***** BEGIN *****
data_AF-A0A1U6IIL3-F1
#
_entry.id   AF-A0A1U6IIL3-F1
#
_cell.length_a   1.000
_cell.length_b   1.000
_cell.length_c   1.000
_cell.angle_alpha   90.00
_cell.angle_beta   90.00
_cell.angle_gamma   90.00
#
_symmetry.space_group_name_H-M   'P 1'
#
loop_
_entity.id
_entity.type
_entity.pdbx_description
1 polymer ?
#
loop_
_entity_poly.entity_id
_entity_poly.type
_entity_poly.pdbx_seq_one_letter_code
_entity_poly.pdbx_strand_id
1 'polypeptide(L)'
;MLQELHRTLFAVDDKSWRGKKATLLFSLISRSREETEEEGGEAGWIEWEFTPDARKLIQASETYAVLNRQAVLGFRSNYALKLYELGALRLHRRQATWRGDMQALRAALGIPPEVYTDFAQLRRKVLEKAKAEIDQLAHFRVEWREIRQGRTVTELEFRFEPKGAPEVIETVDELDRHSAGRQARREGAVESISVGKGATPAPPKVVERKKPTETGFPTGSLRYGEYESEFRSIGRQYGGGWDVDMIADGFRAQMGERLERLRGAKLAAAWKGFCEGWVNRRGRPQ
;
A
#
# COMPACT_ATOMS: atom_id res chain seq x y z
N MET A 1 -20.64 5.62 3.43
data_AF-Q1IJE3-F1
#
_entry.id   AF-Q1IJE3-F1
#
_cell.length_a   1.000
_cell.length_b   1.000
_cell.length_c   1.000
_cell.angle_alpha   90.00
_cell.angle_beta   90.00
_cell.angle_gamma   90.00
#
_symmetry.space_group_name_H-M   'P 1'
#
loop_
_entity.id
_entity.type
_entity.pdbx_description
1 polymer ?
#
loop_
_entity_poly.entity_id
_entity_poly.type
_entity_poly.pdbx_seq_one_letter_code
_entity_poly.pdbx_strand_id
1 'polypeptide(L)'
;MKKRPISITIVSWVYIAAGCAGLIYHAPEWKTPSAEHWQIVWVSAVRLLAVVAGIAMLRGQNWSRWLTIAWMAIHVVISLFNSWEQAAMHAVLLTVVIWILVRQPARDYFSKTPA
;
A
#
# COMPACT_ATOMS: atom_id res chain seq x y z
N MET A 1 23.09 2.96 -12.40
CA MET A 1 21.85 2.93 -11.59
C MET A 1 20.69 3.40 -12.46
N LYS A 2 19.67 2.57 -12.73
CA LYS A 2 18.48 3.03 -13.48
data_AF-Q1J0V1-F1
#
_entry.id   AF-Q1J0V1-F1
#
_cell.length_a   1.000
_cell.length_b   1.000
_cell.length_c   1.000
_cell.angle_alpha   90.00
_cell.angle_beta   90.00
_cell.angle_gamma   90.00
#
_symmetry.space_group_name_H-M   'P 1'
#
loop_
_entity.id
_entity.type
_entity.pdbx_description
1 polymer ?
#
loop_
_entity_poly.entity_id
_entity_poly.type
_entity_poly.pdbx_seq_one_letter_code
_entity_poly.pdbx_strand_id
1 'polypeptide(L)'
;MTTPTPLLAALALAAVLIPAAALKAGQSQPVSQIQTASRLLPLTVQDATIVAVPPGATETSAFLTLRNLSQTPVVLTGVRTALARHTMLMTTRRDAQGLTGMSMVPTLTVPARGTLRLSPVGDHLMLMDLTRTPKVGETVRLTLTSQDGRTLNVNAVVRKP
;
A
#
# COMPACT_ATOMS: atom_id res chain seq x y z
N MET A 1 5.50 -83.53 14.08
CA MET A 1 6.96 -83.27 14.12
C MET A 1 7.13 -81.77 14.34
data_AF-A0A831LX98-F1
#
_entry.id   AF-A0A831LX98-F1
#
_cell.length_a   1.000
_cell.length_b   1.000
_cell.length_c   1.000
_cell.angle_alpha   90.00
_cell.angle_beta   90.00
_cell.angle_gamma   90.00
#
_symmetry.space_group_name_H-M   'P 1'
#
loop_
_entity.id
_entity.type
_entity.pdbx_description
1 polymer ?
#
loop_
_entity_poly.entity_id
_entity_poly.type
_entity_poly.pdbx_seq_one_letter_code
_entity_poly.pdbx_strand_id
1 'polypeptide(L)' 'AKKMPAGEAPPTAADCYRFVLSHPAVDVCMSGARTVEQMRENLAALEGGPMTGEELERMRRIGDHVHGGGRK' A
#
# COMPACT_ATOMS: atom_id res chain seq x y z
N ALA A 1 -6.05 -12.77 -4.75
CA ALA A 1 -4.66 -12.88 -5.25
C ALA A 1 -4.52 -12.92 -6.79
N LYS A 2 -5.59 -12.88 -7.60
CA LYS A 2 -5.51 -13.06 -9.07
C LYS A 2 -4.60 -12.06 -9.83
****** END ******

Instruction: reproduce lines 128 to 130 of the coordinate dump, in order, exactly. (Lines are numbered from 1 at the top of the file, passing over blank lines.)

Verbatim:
CA ALA A 1 -4.66 -12.88 -5.25
C ALA A 1 -4.52 -12.92 -6.79
N LYS A 2 -5.59 -12.88 -7.60